Nancy Reagan was reported to have planned yesterday's national funeral service for her husband years in advance, down to the final details. It played out just about perfectly on television - as prettily as a movie - as Ronald Reagan was honored as a transformative president, the FDR of the second half of the 20th century.
David Gergen, a former communications director in the Reagan White House, noted that Reagan brought ceremonial trappings of office back to the presidency after the informality of Jimmy Carter. "Ronald Reagan wanted to restore the pageantry," Gergen said on ABC News. "He believed in ritual."
And so television crews were in just the right spots to pick up the 21-gun salutes, the honorary pallbearers, the sentries from each military branch, even to catch Nancy Reagan whispering to the flag-draped coffin holding her late husband's body. The theatrical flourishes so famously translated from Reagan's Hollywood to his White House made for the authentic feel of a national service yesterday.
An impressive roster of Reagan administration officials materialized at the national funeral service at the Washington National Cathedral - George Schultz, Al Haig, James Baker - along with such world leaders as Lech Walesa, Mikhail Gorbachev and Kofi Annan. Such big names mingled and greeted one another as though they were alumni at a college reunion.
That's the thing about television - it captures and instantly broadcasts the event itself, tapping into the immediacy and emotion, and then scurries to recover its perspective in order to provide context. It's a dual role that isn't always easy to blend. Before the start of the services, CBS News anchor Dan Rather spoke with solemnity, but he spoke too much, and occasionally came off as a golf commentator describing a particularly tricky chip shot. The evocative images would have been better served by restraint, such as that shown by Fox News Channel's Brit Hume.
CBS-owned WJZ's gaudy logo detracted from the visual elements of the entire service, while WBAL-TV kept its emblem and that of network NBC up in the lower right-hand corner, an unnecessarily obtrusive way to remind viewers incessantly of just who they happen to be watching. (PBS and ABC used near-transparent logos, a classier solution for a tasteless practice.) The cable channels reduced their omnipresent crawls to shrunken banners at the bottom of their screens.
"I think we broke most of the rules of cable television this week," said David Bohrman, Washington bureau chief for CNN. "We tried to be as elegant and as quiet as we could."
Not all the moments were solemn.
Shortly after the service, NBC News anchor Tom Brokaw interviewed former White House Chief of Staff Ken Duberstein, and then moved quickly to a telephone conversation with Tom Selleck, the genial actor and sometime conservative activist. Selleck good-naturedly spoke of having played golf twice with Reagan after he had left the White House. The interview came off as the haphazard booking for an off-night on Larry King Live, not something worthy of funeral service for an influential president.
There appeared to be a split between the majestic treatment granted by television and the swing toward some skepticism found in print in recent days. Those articles noted Reagan's seeming tolerance of South Africa's racist apartheid policies, the killings and abuses conducted by forces supported by the U.S. fighting against leftists in Central America, and the deep cuts in social programs, which were said, by critics, to impoverish many Americans. The New York Times' R.W. Apple Jr. pointedly declared that more time must pass before Reagan's true legacy can be assessed.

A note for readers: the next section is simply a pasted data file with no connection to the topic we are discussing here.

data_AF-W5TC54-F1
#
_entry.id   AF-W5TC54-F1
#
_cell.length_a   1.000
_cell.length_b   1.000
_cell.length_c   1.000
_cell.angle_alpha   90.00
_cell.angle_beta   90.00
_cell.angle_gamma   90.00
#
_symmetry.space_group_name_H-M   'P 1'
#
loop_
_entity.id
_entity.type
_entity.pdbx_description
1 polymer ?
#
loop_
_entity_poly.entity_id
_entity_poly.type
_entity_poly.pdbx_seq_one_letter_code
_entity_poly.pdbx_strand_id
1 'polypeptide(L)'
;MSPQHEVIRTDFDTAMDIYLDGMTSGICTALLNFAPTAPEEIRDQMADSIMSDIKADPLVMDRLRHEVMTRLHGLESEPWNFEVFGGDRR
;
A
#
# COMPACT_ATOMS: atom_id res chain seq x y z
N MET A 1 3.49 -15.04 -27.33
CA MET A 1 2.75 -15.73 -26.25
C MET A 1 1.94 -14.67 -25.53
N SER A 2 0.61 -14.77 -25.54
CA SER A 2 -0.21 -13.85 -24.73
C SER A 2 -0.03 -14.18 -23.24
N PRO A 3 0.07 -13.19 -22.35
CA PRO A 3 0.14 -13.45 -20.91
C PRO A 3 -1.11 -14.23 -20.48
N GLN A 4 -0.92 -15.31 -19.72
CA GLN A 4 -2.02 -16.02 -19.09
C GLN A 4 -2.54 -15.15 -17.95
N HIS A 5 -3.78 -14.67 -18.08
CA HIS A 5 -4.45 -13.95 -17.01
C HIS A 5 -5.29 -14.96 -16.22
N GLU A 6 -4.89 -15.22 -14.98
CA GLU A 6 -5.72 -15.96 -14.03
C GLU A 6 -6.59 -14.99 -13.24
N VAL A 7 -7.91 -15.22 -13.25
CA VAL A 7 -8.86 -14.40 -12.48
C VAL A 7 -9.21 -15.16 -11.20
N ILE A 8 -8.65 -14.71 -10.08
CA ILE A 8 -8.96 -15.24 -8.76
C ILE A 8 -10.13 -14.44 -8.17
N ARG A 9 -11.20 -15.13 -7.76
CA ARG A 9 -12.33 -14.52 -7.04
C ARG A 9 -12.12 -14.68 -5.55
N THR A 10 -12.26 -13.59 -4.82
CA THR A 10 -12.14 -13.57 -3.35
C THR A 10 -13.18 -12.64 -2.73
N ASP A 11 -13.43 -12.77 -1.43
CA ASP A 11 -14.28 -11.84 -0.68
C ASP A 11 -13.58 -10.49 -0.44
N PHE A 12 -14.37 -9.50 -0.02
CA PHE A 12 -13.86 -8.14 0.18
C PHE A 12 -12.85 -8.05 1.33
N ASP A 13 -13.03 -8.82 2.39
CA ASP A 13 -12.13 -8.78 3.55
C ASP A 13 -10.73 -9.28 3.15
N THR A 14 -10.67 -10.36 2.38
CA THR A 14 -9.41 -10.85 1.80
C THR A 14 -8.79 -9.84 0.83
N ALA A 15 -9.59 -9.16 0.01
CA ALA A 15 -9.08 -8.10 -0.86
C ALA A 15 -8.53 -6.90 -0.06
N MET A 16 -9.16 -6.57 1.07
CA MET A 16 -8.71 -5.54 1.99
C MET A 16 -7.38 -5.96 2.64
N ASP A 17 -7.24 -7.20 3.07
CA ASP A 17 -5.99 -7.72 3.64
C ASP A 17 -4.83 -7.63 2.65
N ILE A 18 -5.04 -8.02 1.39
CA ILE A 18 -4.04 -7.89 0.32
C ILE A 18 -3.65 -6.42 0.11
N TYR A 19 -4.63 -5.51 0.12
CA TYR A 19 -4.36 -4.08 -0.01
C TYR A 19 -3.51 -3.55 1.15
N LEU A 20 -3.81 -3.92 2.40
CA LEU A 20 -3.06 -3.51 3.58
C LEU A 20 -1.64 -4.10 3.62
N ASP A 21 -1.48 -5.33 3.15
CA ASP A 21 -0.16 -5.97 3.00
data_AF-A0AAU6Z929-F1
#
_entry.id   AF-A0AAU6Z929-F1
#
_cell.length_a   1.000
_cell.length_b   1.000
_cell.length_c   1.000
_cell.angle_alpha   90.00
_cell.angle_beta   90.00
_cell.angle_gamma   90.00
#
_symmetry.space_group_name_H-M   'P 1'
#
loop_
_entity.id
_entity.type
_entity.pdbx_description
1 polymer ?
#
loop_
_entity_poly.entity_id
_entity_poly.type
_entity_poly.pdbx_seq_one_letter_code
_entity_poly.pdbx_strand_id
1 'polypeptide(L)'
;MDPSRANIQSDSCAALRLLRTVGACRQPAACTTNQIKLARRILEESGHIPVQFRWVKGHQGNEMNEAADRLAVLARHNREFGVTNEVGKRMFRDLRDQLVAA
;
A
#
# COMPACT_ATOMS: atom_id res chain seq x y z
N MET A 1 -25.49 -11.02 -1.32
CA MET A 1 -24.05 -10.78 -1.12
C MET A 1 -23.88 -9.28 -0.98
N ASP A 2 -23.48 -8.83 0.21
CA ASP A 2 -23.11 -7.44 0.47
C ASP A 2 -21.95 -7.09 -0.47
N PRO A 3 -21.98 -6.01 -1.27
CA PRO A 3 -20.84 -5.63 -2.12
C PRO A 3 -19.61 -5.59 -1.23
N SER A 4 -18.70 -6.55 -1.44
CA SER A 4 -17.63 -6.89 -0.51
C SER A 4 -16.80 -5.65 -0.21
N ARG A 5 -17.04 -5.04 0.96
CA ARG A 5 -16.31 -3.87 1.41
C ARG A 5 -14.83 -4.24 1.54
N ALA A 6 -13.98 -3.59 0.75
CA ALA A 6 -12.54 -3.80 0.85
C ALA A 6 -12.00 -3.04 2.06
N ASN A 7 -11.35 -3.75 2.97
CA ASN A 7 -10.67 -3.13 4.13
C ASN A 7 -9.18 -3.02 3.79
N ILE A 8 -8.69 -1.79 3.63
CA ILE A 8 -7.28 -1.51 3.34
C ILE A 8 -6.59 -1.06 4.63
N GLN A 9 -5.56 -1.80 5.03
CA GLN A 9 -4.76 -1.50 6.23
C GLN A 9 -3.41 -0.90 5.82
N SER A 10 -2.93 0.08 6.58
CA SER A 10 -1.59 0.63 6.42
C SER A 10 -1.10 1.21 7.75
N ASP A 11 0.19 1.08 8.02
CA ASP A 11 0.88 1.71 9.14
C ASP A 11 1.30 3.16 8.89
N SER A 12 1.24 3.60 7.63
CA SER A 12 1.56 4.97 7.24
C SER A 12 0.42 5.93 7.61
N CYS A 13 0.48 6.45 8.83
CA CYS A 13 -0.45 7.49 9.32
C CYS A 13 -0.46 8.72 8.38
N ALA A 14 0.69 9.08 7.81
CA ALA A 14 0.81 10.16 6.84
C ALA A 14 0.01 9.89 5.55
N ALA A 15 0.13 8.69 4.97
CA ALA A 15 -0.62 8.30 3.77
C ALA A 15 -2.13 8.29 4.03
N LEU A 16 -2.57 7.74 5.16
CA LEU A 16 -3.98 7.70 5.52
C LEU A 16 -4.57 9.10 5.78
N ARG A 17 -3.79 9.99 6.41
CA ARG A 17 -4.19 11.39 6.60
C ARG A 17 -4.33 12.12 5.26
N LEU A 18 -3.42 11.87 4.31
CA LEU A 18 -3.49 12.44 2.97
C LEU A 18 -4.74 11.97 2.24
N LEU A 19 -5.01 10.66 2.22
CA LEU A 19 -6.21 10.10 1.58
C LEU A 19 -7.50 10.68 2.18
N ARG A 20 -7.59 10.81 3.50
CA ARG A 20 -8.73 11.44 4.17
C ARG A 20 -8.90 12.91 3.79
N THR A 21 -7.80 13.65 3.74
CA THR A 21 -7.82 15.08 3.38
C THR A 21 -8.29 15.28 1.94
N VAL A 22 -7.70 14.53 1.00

Pulitzer Prize-winning columnist Leonard Pitts Jr. of the Miami Herald cited those and other failings in expressing his anger toward Reagan, who kicked off his 1980 presidential campaign in Philadelphia, Miss. The small city is best known as the site where three young civil rights activists were killed by white supremacists in 1964. "To the degree those things are missing from their analyses, news media have embarrassed themselves this week. They have rewritten history and slapped on a happy face," Pitts wrote. "It's not an issue of respecting the deceased. It is, rather, an issue of telling the whole truth, fulfilling our obligation to write history's first draft."
Reagan's eulogists, especially Margaret Thatcher, the former British prime minister, attributed the fall of the Soviet bloc in great part to a moral clarity that they said he articulated. It was a theme that many commentators on television have sounded since Reagan's death.
The liberal gossip online columnist Ana Marie Cox, writing on her Web log wonkette.com, derisively referred to the television coverage as "Gipperporn."
But television executives clearly felt differently.
"It's a time for national healing. He was beloved by Democrats who didn't agree with what he was doing," Marty Ryan, an executive producer for Fox News who oversaw the Reagan funeral coverage, said in an interview yesterday. "People are smart enough to know that, like every president, there's something you disagree with. This is not a time to talk about it. You can touch upon it a little bit, but there's more than enough pomp and circumstance to focus on."
CNN's Bohrman suggested the event transcended Reagan. "The last couple of days weren't really as much about Ronald Reagan as about history. A lot of viewers had never been able to experience this before. We wanted to get out of the way so they could feel it themselves and hear it themselves."